– Who we are –

We are AfroLatinx people whose roots lie in a land that has influenced many other cultures. We are the people of music, art, and family that stretches to every part of the planet. We are la gente del mundo, the sun-kissed children. 

We are indigenous people who remember the days when the sun came over the horizon. We sang the first songs and painted the first sunsets. Our people cultivated the land and shared its fruits with those who came from across the waters. We held this land and gave birth to a new people, a new life, a new beginning. We are proud to be.

We are proud to have seen and to share the tales of when the stars took their places.  

We are a beautiful collection of the power of unity but we must not let ourselves be divided by old ways of thinking, colorism, homophobia, transphobia, and machismo weaken our strength. Rhetoric like ‘mejorar la raza’ damage the self-image and must STOP. Unknowingly, we have accepted and participated in colorism with assigning nicknames to our families and friends that describe their color. ‘prieto/a’, ‘guero/a’, ‘indio/a’, moreno/a’, etc… these names and these ideas of one tone being superior or preferred to the other are what inhibit our communities from being truly united. This Latinx Heritage Month we want to begin the work to break down these damaging views so that future generations of Latinx folks are treated with dignity and respect. 

In the US, many of us found the borders move around us, while others had to sacrifice their lives from all parts of Latin America to cross harsh terrain and endure discrimination to provide a better life for their families. We are survivors. We work from the fields to your own homes, to the kitchens of your favorite restaurants. We withstand hate and xenophobic rhetoric because we want a better life and future for our families that are filled with opportunity and life filled with dignity and respect. Our culture is in our blood and home is where we plant our roots in. We’re immigrant strong and we’re here to stay.

We invite you to join us as we explore every section of our heritage. All are seen, everyone is included, all are wanted and all are needed. We are all part of the story of our familia. We are continuing the traditions of our roots. We are unified with our brothers and sisters contributing to the many colors and branches of our family tree. Our beginnings are bloody, but our future has never been brighter. Our contribution to the global society has never been bigger. We are la gente unida, we remain a pueblo true to its roots. Welcome to Latinx Heritage Month.

Follow our Instagram during Latinx Heritage Month to see our DACAmented member leaders share their day during our Wednesdays IG Story TAKEOVERS! Make sure to check out our Social Media for important information and upcoming event details.

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For Immediate Release: 

July 21, 2020

Superintendent Jara Truant in Meeting with Latinx Parents, Students and Educators

Las Vegas, NV– Monday, July 20th, Make the Road Nevada (MRNV) members, consisting of parents, students, and educators, were set to meet with Superintendent Dr. Jesus Jara to discuss the reopening of schools within Clark County amidst the pandemic. When the Superintendent arrived on the hour-long zoom  27 minutes late, MRNV members made the decision to reschedule the meeting. MRNV agreed to take the meeting with Dr. Jara when he requested on Thursday afternoon that he have the chance to hear from members prior to tomorrow’s board meeting. Dr. Jara wasted our members’ time. As the Superintendent of the 5th largest school district in the country, our community demands more respect than this.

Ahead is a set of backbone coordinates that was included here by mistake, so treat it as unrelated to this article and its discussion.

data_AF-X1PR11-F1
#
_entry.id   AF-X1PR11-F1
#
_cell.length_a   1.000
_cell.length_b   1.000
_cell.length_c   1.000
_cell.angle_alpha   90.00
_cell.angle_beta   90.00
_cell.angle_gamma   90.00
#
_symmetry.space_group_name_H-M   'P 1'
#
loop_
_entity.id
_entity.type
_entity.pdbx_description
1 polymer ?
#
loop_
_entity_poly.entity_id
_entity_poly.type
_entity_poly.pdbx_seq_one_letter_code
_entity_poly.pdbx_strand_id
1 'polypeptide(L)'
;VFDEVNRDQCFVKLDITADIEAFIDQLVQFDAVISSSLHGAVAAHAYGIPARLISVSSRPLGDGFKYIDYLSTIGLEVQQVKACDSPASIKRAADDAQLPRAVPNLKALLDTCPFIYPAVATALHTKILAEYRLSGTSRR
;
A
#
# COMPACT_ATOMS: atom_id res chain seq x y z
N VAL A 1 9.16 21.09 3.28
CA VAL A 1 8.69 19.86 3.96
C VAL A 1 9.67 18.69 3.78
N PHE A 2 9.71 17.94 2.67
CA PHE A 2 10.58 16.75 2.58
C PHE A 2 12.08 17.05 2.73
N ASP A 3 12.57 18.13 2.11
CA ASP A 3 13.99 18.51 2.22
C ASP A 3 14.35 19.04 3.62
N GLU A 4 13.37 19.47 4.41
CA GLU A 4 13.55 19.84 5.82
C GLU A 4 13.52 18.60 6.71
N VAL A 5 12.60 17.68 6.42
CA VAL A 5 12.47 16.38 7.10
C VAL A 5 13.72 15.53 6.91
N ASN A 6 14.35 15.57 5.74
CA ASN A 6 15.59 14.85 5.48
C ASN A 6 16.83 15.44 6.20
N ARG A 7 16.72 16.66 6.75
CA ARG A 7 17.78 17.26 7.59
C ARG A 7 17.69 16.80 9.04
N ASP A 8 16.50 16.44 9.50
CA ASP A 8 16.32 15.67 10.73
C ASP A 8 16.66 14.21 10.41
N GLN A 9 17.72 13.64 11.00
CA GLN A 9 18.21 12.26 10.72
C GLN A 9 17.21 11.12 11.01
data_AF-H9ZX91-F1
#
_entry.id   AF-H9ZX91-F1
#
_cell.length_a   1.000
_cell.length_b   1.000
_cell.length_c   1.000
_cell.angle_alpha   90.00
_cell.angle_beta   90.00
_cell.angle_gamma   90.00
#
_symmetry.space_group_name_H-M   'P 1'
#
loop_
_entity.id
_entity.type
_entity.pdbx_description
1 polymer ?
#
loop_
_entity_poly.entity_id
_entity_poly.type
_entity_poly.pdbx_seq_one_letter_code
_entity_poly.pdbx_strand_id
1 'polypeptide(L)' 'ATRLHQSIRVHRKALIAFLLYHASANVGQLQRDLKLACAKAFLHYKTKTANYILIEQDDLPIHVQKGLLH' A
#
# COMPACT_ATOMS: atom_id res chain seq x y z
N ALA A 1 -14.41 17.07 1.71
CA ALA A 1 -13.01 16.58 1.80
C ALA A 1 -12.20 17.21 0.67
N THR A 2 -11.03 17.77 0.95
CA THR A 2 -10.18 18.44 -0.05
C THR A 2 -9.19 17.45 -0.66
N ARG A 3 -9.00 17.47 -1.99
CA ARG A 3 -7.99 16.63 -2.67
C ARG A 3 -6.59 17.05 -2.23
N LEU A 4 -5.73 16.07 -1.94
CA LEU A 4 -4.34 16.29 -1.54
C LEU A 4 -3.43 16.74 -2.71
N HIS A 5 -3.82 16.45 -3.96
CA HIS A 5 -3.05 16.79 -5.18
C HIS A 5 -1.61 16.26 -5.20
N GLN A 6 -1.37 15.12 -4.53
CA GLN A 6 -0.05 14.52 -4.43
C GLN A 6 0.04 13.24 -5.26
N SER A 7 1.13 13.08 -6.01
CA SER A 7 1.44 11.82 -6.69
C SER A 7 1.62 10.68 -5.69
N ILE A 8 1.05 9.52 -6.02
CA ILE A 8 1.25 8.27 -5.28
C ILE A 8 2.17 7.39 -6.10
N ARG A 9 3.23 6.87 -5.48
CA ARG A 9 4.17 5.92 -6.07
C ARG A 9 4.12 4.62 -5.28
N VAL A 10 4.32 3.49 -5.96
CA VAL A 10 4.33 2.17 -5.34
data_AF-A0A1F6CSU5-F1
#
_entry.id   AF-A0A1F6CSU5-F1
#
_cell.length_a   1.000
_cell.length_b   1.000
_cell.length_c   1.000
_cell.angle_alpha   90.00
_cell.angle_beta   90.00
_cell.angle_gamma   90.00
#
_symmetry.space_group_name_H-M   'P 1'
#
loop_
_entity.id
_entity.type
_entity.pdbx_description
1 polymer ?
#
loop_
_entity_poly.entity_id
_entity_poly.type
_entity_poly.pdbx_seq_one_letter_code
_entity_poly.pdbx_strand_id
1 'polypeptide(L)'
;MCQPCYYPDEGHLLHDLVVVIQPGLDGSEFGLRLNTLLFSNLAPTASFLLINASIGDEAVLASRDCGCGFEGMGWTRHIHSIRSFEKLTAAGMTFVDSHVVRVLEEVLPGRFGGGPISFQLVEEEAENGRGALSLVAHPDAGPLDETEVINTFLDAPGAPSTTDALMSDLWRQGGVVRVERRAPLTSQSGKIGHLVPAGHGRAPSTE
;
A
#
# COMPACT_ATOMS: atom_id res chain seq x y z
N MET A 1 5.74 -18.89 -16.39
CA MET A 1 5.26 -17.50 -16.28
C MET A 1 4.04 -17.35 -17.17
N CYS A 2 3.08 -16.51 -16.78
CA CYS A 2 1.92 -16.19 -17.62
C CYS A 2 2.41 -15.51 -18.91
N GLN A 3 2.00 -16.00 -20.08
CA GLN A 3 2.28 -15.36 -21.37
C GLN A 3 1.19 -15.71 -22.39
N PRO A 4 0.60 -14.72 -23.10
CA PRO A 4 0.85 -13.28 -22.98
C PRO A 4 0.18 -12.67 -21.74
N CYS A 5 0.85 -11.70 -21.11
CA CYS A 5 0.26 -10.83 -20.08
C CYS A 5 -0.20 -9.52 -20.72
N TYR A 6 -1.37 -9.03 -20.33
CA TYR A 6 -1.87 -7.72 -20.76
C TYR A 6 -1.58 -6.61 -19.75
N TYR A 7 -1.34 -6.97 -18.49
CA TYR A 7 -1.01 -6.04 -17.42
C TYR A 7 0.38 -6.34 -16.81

The topic of this meeting regarded not only the health and safety of students and staff but of their families as well. Parents were ready to ask questions about the safety of their children, something that each and every one of them has had in their mind since the initial closing of the schools. While the Clark County School Board of Trustees argue over the past few weeks, there hasn’t been a space for monolingual Spanish speakers to voice their concerns about the reopening plans. The lack of space that has been held for Latinx families in a 47% Latinx school district is absurd and when the rare opportunity arrives it comes with no consideration for the community’s time. This is unacceptable and must change, we need more opportunities for our community’s voices to be heard. 

“Our members were extremely excited to have the opportunity to speak with Dr. Jara, Our members worked diligently over the weekend on their questions and statements. This was the first time many of our young leaders were supposed to have the opportunity to speak to a person in power, someone who has direct influence over their futures. Instead, they were met with disrespect. Our members’ time is valuable and they deserved better.” Leo Murrieta, MRNV Executive Director 

We hope Dr. Jara prioritizes our next meeting and that CCSD as a whole creates more opportunities for the Latinx community to use their voice. 

“It’s really embarrassing how I as a senior in high school has more of an understanding of how precious people’s time is and how valuable one’s word is. If I even start a meeting late with the J4NG  program that I’m in, I’m gonna get in trouble for starting that meeting late and there’s gonna be consequences to follow after that. I’ve been told that one’s word is all that they have. It’s really important to stress how I (personally) think it’s really selfish and inconsiderate that our time wasn’t valued.” Evelyn Hampton, YPP member & CCSD Student